3 input microphone amplifier

Discussion in 'The Projects Forum' started by Shagas, Oct 28, 2013.

  1. Shagas

    Thread Starter Active Member

    May 13, 2013

    My friend asked me to make him a cheap and simple solution for recording 3 lavalier microphones into one Pc soundcard without use of a mixer or any other

    Basically what I have made is a simple OP amp summing amplifier with 3 inputs for the microphones.
    Questions :
    What am I really looking for on the input of the OP amp?
    Do I want to match the impedance?
    Or do I want to have a higher input impedance by increasing Rin and RF ?
    If I do that then should I use a buffer stage on the output?


    The microphones are electret lavalier microphones (ones you put on your shirt)
    and they are meant for plugging directly into an integrated motherboard soundcard (the pink jack on the front/back of the PC :) )

    The microphones have an output impedance of 2.2k according to the specifications . By practical methods I have determined that they have no internal resistor.

    After some searching I found that the input circuit of the soundcard on the motherboard looks something like this :


    After some practical testing I have confirmed that the input circuit is indeed of a similar nature.
    Also after probing around , I have found that the input circuit gives a biasing voltage of about 3,6 volts and has an inbuild resistor (like in the circuit in the link above)

    Basically my circuit looks like this :
    View attachment mic_preamp.pdf

    Note that There is no need for gain , just a simple summing of the 3 microphone signals so It can all be recorded by one input on the soundcard.

    As an input I denoted electret mics , but there will actually be pads which will connect to jacks into which the actual mics will be plugged in.

    The link to the mics:

    I have built and tested the circuit on the breadboard with the actual mics and recorded a few samples into my integrated sound card on my laptop and it works.
    The sound quality isn't supreme , just slightly worse than if I plug in the microphone directly but that is okay.

    Is there anything in my circuit that I can add subtract or any way that I can improve the design ?
    I'm particularly looking at advice on the Rin and RF resistors on the input of the op amp.

    The quality of the recording does not have to be excellent , it just has to be clear enough for the listener to understand what the 3 people are saying without trying hard to make out every word.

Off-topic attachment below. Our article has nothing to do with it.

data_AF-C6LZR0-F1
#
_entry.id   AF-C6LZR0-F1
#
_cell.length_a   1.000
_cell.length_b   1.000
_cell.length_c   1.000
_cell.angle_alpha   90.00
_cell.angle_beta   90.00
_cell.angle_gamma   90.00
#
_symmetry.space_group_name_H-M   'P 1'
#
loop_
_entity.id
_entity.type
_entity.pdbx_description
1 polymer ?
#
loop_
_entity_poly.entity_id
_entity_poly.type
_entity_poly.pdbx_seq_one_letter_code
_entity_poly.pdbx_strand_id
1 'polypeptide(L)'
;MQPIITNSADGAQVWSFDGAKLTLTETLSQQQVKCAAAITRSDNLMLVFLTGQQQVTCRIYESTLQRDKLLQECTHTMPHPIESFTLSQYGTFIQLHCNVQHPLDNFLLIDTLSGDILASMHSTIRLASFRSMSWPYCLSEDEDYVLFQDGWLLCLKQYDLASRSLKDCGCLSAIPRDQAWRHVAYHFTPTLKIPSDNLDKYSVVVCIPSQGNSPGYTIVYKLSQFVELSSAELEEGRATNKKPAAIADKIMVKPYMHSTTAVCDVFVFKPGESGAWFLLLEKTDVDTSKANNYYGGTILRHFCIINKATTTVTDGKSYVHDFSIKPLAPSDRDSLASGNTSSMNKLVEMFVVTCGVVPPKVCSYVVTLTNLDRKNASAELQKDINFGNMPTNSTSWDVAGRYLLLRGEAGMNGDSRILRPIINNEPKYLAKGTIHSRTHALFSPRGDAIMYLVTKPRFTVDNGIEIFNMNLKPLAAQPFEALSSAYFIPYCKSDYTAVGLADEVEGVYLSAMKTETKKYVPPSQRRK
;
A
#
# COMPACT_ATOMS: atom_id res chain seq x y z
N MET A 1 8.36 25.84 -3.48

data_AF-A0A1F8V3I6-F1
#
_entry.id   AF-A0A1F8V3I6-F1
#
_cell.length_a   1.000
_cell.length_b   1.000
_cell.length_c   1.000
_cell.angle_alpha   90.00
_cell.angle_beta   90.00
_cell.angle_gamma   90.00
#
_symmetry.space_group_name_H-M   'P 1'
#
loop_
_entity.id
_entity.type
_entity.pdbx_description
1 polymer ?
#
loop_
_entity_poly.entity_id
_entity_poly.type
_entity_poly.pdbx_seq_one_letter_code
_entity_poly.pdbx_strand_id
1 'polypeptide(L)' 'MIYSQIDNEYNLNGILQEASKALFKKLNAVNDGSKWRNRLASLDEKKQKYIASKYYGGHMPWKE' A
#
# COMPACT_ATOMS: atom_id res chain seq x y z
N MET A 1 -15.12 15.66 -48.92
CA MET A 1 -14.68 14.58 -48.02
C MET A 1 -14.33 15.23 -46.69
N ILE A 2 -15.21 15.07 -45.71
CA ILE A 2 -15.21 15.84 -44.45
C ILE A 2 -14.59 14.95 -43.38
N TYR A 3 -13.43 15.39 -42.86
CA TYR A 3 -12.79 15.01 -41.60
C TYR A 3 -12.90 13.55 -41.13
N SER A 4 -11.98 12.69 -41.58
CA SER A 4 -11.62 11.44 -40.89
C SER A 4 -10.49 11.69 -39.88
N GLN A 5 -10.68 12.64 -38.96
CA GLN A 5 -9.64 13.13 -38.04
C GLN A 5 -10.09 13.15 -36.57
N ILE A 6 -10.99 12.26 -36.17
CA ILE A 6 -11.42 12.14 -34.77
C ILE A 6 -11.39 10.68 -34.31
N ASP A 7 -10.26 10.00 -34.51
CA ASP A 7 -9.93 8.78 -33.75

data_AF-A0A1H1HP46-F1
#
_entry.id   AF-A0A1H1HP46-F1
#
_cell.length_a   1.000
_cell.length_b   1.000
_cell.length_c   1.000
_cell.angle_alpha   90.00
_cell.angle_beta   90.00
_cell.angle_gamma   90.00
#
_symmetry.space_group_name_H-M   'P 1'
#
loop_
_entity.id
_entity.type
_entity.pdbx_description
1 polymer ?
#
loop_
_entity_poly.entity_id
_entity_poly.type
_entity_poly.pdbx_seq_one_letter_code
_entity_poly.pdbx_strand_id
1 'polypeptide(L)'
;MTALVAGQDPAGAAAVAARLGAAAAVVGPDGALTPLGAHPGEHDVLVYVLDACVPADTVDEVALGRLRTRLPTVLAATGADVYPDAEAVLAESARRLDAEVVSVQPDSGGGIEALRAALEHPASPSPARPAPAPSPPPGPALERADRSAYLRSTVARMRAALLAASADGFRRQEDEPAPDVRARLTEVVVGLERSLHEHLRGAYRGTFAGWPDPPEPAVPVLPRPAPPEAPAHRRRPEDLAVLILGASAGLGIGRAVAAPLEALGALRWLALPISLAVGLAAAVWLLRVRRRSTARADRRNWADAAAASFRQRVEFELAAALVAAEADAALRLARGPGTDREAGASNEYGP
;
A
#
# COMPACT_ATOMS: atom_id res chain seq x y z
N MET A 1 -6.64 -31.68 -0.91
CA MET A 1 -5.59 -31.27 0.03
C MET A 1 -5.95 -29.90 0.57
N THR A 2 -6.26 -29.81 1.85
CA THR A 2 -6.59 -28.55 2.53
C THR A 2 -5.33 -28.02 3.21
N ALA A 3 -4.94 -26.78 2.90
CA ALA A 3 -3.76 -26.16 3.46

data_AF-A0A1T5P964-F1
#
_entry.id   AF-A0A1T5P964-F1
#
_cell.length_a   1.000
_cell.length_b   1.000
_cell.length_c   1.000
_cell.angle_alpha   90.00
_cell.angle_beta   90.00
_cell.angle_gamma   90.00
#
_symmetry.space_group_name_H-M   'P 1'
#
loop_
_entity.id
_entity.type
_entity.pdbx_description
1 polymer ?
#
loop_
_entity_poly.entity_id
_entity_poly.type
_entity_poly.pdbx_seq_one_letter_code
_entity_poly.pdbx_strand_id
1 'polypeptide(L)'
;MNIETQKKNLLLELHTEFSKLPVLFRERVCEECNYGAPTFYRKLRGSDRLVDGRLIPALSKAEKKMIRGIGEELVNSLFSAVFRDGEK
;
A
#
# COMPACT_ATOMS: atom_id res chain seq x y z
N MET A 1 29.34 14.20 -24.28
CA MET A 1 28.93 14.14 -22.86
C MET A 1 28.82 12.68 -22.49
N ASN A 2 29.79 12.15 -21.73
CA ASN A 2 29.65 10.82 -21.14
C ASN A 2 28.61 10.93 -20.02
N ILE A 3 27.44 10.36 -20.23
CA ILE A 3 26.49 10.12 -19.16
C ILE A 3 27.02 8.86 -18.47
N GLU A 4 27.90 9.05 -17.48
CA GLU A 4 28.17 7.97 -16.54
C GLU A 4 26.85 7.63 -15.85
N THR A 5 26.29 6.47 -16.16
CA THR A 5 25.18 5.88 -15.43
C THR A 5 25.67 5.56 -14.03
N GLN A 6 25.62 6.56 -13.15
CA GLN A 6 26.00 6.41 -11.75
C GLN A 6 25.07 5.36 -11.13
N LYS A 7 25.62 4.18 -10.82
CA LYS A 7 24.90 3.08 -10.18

Thanks in advance.

    Last edited: Oct 28, 2013
  2. Alec_t

    AAC Fanatic!

    Sep 17, 2013
    I would add a cap between the R7/R8 junction and ground, to attenuate any power supply noise.
    You could try higher values (4k7?) for R1-R3.
  3. Experimentonomen


    Feb 16, 2011
    I would also insert a unity gain buffer on each of the mic inputs before the passive mixer resistors.

    I'd do it something like this: http://i.imgur.com/28bc2uC.png
  4. cornishlad


    Jul 31, 2013
    The data sheet says that with -15,0,+15 supply the opamp can swing 26v ptp. Meaning 2v form each rail. And draws 10ma. With only 4.5v supply who knows how close it can swing but it hardly has any wiggle room. And I guess the high impedance bias supply from the souncard is just not good enough. I suggest you try running the opamp from a separate battery. Try 9v and see what happens
    edit...I just noticed that you mention 3.6v. Is that whenit's loaded by your preamp ? If so, that's a non starter. I'm surprised you get anything out ! Ther are some opamps that will swing rail to rail and designed for 5v operation. Someone else may know a type number..
    Last edited: Oct 28, 2013
  5. Shagas

    Thread Starter Active Member

    May 13, 2013
    I will be running this unit with 3 AA batteries . Hence my 4.5 volts , also there iwll be no power supply noise but I guess it still makes sence to add a ceramic there to improve transient response ( not sure if i'm saying the right thing here ).
    Yeah I might try . I stuck with 2.2k as it is always recommended with electrets .

    Thanks a bunch! I though I might need buffers at all stages . Also for R7-R8 I chose higher value resistors because I'll be powering the unit through batterys and it would give me a smaller idle current.

    What effect does the 10K resistor have at the output?